Reuters reports that some Iraqis are frustrated with the state of anarchy in which they find themselves. This is hardly surprising and, indeed, to be expected.

States in transition always experience frustration that comes from not knowing what comes next. Order, even a wretched one under totalitarian rule, creates a certain comfort zone that is destroyed by change. Virtually every country that went from colonialism to independence went through this, as did the Russians and Eastern Europeans after the Cold War.

Moreover, there is nothing in the article which provides any sense of scope. What percentage of Iraqis feel this way? How deep is their frustration? Most of the time, “many” is a clever rhetorical device meaning “at least three” and virtually always employed when those views happen to coincide with those of the writer. That is, the piece–while likely reporting actual feelings legitimately felt by a number of Iraqis–is really a thinly-veiled op-ed.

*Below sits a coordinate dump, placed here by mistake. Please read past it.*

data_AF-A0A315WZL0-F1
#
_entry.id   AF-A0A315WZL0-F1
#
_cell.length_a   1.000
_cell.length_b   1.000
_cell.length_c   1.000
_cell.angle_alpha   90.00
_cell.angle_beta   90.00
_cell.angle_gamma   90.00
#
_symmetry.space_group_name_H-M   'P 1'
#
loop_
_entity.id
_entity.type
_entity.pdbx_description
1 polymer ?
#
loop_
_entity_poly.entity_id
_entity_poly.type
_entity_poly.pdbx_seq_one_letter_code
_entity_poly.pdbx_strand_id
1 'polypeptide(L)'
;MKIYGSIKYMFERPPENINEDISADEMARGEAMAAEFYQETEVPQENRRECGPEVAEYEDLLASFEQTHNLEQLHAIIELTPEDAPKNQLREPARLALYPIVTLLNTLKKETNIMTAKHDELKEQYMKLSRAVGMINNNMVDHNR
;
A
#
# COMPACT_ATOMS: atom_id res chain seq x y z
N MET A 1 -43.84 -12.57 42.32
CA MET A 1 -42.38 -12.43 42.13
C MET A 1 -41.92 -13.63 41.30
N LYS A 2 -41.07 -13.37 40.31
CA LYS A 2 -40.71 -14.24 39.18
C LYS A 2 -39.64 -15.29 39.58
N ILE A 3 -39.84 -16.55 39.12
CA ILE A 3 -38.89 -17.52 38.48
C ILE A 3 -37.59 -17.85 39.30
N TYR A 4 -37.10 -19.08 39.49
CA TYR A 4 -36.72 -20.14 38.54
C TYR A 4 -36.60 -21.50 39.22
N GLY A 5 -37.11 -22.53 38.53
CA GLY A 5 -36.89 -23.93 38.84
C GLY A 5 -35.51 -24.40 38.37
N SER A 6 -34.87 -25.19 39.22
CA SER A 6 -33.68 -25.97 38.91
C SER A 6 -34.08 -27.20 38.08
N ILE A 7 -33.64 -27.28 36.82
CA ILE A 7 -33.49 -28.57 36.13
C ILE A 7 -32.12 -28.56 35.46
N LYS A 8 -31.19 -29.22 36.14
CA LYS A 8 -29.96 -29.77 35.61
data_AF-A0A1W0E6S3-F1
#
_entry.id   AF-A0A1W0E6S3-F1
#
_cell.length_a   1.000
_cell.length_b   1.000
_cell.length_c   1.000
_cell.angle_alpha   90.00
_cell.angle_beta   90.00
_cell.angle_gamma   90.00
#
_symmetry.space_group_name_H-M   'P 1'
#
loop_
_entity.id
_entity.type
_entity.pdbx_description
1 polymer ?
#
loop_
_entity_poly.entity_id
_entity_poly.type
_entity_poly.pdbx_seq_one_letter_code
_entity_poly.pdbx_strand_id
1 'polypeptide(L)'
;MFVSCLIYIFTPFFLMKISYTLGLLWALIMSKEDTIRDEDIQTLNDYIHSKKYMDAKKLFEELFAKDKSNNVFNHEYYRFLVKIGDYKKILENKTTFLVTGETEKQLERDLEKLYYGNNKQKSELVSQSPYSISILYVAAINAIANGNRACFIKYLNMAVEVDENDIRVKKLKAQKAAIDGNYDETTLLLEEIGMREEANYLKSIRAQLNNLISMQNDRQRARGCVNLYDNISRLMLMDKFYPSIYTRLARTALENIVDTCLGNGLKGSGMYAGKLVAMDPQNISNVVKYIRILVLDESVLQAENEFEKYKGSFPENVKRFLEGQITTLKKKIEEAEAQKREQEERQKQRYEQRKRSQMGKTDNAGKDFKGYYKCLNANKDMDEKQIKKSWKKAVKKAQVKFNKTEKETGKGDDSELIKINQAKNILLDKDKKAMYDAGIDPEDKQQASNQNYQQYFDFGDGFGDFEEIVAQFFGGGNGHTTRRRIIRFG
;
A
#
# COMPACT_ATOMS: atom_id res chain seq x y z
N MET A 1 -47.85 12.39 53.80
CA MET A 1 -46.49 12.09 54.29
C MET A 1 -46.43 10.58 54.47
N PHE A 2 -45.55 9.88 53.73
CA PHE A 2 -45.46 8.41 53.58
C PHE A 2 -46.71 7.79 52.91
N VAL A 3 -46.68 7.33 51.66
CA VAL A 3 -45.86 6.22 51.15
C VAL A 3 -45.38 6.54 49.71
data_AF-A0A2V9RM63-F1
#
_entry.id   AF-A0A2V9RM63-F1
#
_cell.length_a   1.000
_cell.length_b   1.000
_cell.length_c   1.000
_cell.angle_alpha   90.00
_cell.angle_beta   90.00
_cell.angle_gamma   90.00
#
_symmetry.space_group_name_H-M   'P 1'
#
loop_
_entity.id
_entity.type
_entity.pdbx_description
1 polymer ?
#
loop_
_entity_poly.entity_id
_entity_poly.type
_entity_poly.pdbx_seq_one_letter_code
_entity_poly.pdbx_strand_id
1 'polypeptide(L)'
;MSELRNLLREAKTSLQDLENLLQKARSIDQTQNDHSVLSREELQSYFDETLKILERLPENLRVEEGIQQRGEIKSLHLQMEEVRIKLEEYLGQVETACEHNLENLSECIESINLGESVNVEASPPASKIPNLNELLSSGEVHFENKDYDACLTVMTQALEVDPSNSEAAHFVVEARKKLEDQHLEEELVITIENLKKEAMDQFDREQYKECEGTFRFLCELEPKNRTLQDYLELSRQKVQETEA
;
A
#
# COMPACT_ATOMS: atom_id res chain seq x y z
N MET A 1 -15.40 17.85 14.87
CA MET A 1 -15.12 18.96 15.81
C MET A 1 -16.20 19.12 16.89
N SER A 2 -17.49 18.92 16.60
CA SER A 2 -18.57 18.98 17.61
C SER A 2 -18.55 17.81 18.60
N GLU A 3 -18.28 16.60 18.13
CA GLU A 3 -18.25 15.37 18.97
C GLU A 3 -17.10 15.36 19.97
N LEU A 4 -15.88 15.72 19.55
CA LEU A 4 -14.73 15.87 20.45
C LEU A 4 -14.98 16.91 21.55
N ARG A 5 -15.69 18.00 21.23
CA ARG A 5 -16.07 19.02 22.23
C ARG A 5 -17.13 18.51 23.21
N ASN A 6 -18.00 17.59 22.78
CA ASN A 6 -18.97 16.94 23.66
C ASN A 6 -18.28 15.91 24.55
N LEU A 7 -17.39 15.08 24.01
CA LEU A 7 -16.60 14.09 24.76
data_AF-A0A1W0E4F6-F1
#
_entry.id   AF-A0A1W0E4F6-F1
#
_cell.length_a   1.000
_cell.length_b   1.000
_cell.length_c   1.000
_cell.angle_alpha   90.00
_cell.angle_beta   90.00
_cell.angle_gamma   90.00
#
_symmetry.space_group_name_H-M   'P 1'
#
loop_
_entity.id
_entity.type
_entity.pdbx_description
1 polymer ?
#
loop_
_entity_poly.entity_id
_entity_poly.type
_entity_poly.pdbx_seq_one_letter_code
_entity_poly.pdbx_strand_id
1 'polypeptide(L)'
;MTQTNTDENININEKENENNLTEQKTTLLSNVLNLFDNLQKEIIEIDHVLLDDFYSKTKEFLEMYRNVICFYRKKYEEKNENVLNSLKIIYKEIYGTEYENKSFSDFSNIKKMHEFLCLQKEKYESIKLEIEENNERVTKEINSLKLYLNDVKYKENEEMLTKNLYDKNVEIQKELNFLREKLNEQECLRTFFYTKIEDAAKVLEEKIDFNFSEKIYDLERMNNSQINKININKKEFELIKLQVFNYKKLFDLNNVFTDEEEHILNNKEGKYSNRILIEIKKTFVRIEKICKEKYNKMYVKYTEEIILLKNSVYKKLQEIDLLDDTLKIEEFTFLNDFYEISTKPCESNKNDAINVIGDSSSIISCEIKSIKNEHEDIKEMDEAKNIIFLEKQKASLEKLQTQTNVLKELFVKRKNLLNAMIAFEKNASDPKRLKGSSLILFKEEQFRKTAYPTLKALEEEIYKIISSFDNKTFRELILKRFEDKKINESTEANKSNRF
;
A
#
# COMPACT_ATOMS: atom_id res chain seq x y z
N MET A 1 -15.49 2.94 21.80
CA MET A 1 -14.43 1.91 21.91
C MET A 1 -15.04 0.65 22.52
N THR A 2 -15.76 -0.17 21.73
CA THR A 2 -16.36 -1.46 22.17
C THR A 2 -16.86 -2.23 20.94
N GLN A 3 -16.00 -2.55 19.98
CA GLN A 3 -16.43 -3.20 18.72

FILED UNDER: Iraq War, ,
James Joyner
About James Joyner
James Joyner is Professor and Department Head of Security Studies at Marine Corps University's Command and Staff College. He's a former Army officer and Desert Storm veteran. Views expressed here are his own. Follow James on Twitter @DrJJoyner.


  1. John Anderson says:

    Look at it this way – it shows that ours is not the only nation with a bunch of vocal four-year-olds screaming that they want ice cream and they want it NOW, no waiting for a drive to the store.